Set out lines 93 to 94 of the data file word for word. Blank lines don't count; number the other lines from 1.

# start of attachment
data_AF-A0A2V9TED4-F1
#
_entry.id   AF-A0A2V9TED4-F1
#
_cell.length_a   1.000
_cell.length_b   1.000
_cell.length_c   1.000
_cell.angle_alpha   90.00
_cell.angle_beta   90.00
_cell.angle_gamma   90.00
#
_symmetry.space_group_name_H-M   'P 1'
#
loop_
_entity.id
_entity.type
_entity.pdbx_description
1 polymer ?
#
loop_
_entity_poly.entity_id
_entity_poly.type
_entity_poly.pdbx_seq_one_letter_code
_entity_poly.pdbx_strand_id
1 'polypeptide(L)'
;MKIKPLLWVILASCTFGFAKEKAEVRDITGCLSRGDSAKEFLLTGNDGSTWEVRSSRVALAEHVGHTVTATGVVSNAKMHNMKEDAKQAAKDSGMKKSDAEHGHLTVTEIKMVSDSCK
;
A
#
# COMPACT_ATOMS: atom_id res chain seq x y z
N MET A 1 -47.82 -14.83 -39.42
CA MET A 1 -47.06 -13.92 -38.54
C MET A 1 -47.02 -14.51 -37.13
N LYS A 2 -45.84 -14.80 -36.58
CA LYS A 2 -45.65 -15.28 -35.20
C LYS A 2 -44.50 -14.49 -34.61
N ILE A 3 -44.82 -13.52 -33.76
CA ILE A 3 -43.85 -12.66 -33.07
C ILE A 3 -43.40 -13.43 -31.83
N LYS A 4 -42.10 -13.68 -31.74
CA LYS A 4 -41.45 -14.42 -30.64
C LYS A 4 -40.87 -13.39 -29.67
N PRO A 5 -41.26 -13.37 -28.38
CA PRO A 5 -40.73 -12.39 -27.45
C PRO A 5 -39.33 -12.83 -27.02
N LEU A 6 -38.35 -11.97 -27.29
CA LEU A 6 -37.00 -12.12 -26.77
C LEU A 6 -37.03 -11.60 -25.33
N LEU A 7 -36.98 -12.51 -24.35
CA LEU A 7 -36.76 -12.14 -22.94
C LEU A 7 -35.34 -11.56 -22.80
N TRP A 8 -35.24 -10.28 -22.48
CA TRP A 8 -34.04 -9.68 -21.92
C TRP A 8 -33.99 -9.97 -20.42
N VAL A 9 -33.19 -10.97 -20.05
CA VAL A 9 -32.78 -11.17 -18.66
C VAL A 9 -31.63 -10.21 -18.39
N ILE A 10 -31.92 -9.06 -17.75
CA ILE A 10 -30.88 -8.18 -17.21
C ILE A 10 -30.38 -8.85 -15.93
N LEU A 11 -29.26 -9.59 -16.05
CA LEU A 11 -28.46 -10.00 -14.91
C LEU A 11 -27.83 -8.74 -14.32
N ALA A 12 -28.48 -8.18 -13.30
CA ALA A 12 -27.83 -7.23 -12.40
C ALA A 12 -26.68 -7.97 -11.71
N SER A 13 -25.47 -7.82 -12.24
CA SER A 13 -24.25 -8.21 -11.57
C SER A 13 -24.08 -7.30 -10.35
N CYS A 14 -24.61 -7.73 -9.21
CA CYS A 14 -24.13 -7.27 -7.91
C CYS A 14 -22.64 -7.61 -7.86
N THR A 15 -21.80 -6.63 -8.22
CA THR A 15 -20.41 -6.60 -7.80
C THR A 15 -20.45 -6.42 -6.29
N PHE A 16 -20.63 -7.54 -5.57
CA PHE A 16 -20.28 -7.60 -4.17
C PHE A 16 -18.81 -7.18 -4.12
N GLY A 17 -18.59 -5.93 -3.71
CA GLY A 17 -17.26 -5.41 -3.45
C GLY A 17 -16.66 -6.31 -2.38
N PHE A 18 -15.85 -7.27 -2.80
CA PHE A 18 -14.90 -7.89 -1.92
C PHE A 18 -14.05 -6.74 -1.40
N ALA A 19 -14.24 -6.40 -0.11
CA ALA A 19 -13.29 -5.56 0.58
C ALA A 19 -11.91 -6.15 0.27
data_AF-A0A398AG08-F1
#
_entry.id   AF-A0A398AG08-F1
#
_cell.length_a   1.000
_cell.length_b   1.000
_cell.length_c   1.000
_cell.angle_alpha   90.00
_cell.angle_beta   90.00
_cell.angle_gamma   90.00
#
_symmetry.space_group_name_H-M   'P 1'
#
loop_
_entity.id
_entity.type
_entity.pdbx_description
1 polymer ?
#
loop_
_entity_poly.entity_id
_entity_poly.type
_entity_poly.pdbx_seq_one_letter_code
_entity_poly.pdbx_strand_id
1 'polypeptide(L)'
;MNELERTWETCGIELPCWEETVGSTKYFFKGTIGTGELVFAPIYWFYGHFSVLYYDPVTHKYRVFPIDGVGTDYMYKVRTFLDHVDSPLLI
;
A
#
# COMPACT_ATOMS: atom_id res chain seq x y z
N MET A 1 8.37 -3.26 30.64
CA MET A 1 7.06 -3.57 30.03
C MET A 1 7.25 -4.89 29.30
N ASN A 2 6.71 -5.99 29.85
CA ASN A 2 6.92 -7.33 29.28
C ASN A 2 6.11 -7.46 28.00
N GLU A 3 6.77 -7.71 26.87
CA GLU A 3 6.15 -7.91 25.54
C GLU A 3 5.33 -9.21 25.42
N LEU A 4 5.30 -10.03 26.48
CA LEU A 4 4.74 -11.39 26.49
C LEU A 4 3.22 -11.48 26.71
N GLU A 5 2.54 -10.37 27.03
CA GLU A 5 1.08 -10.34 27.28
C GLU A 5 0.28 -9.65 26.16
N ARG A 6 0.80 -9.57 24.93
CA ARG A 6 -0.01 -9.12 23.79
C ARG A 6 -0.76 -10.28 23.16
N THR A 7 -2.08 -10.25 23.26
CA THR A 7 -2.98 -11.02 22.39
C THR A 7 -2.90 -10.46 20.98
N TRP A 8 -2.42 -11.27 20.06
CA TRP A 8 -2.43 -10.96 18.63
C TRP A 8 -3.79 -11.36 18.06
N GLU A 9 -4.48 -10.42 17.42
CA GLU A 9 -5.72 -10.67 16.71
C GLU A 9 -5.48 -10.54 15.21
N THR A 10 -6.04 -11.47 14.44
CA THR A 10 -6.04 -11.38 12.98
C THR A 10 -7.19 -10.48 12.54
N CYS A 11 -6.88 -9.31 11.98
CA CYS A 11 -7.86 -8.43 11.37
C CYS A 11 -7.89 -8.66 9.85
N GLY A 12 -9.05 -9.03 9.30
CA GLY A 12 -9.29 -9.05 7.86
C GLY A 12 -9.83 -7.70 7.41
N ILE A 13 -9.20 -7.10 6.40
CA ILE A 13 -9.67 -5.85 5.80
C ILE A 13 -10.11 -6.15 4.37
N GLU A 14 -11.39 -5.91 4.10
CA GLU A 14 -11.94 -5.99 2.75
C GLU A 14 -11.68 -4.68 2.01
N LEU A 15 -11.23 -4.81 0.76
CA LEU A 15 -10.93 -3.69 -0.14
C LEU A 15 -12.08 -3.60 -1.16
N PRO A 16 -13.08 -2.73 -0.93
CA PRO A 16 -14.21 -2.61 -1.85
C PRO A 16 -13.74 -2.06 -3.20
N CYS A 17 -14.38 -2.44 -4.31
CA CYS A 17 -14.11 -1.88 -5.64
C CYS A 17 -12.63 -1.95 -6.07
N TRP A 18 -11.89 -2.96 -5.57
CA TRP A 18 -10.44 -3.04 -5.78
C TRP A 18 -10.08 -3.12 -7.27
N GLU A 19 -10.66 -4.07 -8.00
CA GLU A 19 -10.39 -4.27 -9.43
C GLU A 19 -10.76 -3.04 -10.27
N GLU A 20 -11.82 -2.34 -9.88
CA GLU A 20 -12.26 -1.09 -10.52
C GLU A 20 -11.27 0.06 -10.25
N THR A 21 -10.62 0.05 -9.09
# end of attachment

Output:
_cell.length_b   1.000
_cell.length_c   1.000